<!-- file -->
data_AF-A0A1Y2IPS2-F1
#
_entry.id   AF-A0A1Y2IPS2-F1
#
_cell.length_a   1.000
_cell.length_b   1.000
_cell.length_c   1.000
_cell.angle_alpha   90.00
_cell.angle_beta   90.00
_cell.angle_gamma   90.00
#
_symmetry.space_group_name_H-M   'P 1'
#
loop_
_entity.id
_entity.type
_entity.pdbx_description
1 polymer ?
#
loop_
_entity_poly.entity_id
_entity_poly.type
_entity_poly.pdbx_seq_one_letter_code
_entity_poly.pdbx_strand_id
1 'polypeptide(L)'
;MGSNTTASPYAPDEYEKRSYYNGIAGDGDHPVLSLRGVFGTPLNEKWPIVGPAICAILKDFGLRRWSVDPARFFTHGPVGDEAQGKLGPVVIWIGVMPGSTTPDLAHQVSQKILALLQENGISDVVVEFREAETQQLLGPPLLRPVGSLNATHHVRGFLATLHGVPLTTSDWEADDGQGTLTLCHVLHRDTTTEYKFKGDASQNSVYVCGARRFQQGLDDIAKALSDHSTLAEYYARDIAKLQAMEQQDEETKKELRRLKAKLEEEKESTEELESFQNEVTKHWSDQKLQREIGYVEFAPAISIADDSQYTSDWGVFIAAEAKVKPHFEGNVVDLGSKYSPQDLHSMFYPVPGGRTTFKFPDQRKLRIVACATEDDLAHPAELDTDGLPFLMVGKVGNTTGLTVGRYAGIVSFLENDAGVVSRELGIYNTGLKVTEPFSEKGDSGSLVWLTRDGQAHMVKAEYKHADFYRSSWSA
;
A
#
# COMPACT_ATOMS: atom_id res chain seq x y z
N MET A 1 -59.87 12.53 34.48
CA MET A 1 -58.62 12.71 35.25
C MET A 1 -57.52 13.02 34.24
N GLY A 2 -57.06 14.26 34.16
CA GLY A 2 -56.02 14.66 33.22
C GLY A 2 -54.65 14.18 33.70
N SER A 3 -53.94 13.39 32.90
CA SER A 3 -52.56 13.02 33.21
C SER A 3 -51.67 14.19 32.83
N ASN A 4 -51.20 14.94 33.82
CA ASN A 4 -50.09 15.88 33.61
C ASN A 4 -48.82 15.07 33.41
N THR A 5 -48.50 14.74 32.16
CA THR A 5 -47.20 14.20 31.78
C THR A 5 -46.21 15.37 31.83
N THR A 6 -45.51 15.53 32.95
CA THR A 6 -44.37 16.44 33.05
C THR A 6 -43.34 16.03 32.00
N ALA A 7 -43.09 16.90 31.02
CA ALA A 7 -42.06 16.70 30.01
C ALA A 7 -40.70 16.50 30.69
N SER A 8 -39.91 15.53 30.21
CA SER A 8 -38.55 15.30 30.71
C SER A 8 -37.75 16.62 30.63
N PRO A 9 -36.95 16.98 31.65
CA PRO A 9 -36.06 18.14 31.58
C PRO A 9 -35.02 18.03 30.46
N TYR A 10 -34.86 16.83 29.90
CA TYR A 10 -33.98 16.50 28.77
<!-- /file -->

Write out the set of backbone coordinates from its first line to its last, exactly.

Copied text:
data_AF-A0A1Y2IPS2-F1
#
_entry.id   AF-A0A1Y2IPS2-F1
#
_cell.length_a   1.000
_cell.length_b   1.000
_cell.length_c   1.000
_cell.angle_alpha   90.00
_cell.angle_beta   90.00
_cell.angle_gamma   90.00
#
_symmetry.space_group_name_H-M   'P 1'
#
loop_
_entity.id
_entity.type
_entity.pdbx_description
1 polymer ?
#
loop_
_entity_poly.entity_id
_entity_poly.type
_entity_poly.pdbx_seq_one_letter_code
_entity_poly.pdbx_strand_id
1 'polypeptide(L)'
;MGSNTTASPYAPDEYEKRSYYNGIAGDGDHPVLSLRGVFGTPLNEKWPIVGPAICAILKDFGLRRWSVDPARFFTHGPVGDEAQGKLGPVVIWIGVMPGSTTPDLAHQVSQKILALLQENGISDVVVEFREAETQQLLGPPLLRPVGSLNATHHVRGFLATLHGVPLTTSDWEADDGQGTLTLCHVLHRDTTTEYKFKGDASQNSVYVCGARRFQQGLDDIAKALSDHSTLAEYYARDIAKLQAMEQQDEETKKELRRLKAKLEEEKESTEELESFQNEVTKHWSDQKLQREIGYVEFAPAISIADDSQYTSDWGVFIAAEAKVKPHFEGNVVDLGSKYSPQDLHSMFYPVPGGRTTFKFPDQRKLRIVACATEDDLAHPAELDTDGLPFLMVGKVGNTTGLTVGRYAGIVSFLENDAGVVSRELGIYNTGLKVTEPFSEKGDSGSLVWLTRDGQAHMVKAEYKHADFYRSSWSA
;
A
#
# COMPACT_ATOMS: atom_id res chain seq x y z
N MET A 1 -59.87 12.53 34.48
CA MET A 1 -58.62 12.71 35.25
C MET A 1 -57.52 13.02 34.24
N GLY A 2 -57.06 14.26 34.16
CA GLY A 2 -56.02 14.66 33.22
C GLY A 2 -54.65 14.18 33.70
N SER A 3 -53.94 13.39 32.90
CA SER A 3 -52.56 13.02 33.21
C SER A 3 -51.67 14.19 32.83
N ASN A 4 -51.20 14.94 33.82
CA ASN A 4 -50.09 15.88 33.61
C ASN A 4 -48.82 15.07 33.41
N THR A 5 -48.50 14.74 32.16
CA THR A 5 -47.20 14.20 31.78
C THR A 5 -46.21 15.37 31.83
N THR A 6 -45.51 15.53 32.95
CA THR A 6 -44.37 16.44 33.05
C THR A 6 -43.34 16.03 32.00
N ALA A 7 -43.09 16.90 31.02
CA ALA A 7 -42.06 16.70 30.01
C ALA A 7 -40.70 16.50 30.69
N SER A 8 -39.91 15.53 30.21
CA SER A 8 -38.55 15.30 30.71
C SER A 8 -37.75 16.62 30.63
N PRO A 9 -36.95 16.98 31.65
CA PRO A 9 -36.06 18.14 31.58
C PRO A 9 -35.02 18.03 30.46
N TYR A 10 -34.86 16.83 29.90
CA TYR A 10 -33.98 16.50 28.77